Box of Crayons Blog

Aligning Coaching with Strategic Priorities

In theory, coaching can be a powerful way to shift behaviour, increase engagement, enhance thinking and generally make a difference to the way people do business and the way businesses can succeed.

But it may not be working.

Consider these sad survey results:

  • One in four (23%) thought coaching had significantly affected their job performance
  • Only 20% felt it had significantly contributed to their job satisfaction
  • More than half of the respondents (60%) said coaching had slight, little or no impact on their job performance
  • 10% even said coaching had made them less satisfied with their jobs!

If the very goal of most organizational coaching is to connect people with purpose, passion and priorities, then what has gone so terribly, terribly wrong?

Coaching skills need to be embedded within the organization. In a landmark 2000 Harvard Business Review study, Daniel Goleman’s Leadership That Gets Results, research discovered that a manager’s leadership style was responsible for 30% of the company’s bottom-line profitability. Goleman noted, “Although the coaching style may not scream “bottom-line results,” it delivers them.”

Each and every manager should be equipped with the coaching skills needed to engage their teams in the work that matters. Sounds simple enough, but the leap from theory to practice is proving tricky.

One of the main reasons is that time-crunched managers are finding it difficult to translate the skills learned in a coaching workshop to the their day-to-day work life. One-off training sessions are a pretty lousy way of trying to shift ingrained behaviours. Let’s face it – if you’ve behaving in a certain way (let me tell you what to do/let me solve that for you) for the last 5 – 40 years and getting rewarded for it, 6 hours in a classroom is unlikely to have much effect.

For coaching to serve a business objective, it has to be useful on both a personal level, an organizational level and on an everyday basis.

What’s in It for Me?

There needs to be personal context, or more bluntly: how will this help me and my work? Getting managers to see how coaching can be not just another thing to add to the to-do list, but rather a way of actually reducing their own workload while increasing the focus on their own ‘great work’ builds the likelihood of it being a tool that’s used.

Show the Business Context

Here at Box of Crayons, we’ve found that enhancing coaching skills works best when it’s serving a specific business purpose – for instance, building team resilience before a corporate re-branding and reorganization, increasing key customer retention or reducing the churn of front-line sales staff. Context allows managers to see coaching as a support and a solution – and not just the latest HR trend.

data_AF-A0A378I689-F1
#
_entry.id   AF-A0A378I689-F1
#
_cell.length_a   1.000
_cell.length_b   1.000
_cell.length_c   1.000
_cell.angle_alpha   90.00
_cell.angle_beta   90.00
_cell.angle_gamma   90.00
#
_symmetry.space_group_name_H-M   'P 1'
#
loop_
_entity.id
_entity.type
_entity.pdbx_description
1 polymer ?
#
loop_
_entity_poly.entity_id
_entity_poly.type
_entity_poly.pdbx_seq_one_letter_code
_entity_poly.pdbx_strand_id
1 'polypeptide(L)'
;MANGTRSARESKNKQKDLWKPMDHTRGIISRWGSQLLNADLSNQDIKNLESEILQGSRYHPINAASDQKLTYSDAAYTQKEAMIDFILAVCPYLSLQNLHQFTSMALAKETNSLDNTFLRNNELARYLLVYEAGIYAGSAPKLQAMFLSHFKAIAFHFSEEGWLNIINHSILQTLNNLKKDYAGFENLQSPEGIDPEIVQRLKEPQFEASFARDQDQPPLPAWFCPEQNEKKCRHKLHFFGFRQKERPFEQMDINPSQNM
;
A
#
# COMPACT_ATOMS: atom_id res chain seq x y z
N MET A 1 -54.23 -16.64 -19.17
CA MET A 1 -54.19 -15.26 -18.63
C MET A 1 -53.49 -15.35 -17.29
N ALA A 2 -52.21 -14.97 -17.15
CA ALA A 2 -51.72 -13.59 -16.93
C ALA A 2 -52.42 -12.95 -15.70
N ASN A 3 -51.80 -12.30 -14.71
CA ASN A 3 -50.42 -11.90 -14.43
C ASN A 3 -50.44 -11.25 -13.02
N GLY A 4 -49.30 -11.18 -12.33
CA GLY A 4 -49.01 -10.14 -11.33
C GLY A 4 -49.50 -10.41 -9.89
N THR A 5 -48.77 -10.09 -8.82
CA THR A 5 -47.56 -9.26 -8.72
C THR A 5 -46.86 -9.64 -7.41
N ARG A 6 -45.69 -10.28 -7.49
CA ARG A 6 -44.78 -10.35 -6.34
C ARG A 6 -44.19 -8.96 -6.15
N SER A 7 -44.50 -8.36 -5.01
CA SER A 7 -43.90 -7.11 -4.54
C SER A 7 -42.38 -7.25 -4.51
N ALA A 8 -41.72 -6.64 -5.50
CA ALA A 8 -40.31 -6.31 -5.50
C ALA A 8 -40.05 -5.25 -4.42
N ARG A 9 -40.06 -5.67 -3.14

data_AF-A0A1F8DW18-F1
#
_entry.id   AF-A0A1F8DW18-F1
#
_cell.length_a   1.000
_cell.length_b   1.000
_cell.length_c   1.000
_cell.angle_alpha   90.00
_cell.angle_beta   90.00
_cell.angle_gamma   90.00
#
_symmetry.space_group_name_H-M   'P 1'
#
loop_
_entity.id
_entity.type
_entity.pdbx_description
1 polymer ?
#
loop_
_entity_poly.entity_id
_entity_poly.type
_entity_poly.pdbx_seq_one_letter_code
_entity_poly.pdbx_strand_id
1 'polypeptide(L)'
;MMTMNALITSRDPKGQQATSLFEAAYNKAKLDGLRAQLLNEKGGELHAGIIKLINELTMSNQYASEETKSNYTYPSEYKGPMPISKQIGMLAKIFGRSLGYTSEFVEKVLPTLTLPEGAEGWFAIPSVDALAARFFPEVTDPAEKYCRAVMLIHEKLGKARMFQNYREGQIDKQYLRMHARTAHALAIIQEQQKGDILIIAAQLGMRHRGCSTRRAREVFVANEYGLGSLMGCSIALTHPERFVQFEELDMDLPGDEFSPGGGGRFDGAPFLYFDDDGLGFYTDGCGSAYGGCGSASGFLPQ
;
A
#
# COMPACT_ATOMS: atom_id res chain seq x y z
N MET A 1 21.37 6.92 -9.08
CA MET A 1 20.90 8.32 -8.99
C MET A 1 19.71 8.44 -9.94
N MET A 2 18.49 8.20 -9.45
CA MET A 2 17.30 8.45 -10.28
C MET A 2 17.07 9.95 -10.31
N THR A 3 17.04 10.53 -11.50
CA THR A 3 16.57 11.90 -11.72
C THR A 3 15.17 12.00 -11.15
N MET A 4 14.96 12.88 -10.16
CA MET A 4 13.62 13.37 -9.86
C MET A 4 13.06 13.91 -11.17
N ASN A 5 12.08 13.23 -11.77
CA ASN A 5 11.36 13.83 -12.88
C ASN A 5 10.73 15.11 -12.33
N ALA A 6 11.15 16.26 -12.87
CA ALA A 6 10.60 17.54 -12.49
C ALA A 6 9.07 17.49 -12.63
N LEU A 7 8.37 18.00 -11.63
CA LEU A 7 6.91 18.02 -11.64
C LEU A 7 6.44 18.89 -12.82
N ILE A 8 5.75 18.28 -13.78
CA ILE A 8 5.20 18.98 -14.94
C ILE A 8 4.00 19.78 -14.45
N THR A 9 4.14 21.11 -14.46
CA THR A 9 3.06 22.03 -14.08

Facing the Time-Crunched Reality

There are ways and means of creating a program that is connected to the strategic priorities of the organization – one that acknowledges the reality of most managers’ working “time-crunched” lives. Good coaching isn’t (and shouldn’t be) touchy-feely. It allows managers to move from “solution providers” to “solution enablers”.

Posted in organizational culture | Tagged

Navigating the Virtual World

In our digital world, it can seem virtually impossible to bring isolated teams together. But as a leader, it’s your job to manage groups from afar. So how do you engage your teams when you’re not in the same room? How do you stand out when you’re operating behind a screen or speaker?

These are the themes that two Certified Master Facilitators will be exploring in the second webinar for NetSpeed Learning’s 2014 Thought Leader Webinar Series.

In Virtual Facilitation: Leading Distant Teams through a Facilitative Approach, Michael Wilkinson, Managing Director at Leadership Strategies, Inc., and Richard Smith, Certified Master Facilitator at Leadership Strategies, Inc., will outline the facilitation skills you need to adapt to the virtual world and empower your team.

After attending this one-hour webinar, you’ll be able to:

  • Prepare for successful virtual sessions with the “6 Ps of Preparation”
  • Apply virtual engagement strategies and ground rules to keep your teams engaged and focused
  • Manage dysfunction in virtual meetings and interactions with facilitation best practices

Learn more about Michael and Richard’s webinar, Virtual Facilitation: Leading Distant Teams through a Facilitative Approach. Be sure to sign up!

Posted in productivity

Twofer Tuesday: On Bravery & Making Connections

In the Tools for the Time-Crunch Manager LinkedIn group (have you joined yet?!) I shared these pieces on finding your courage and making connections! Enjoy…

Is It Time to be Brave?

This is just a wonderful video. It’s “long” by internet standards, about 10 minutes or so. But absolutely inspiring and touching.

It tells the story of two women in their 70s plucking up the courage to do something for the very first time. I won’t spoil it by saying more.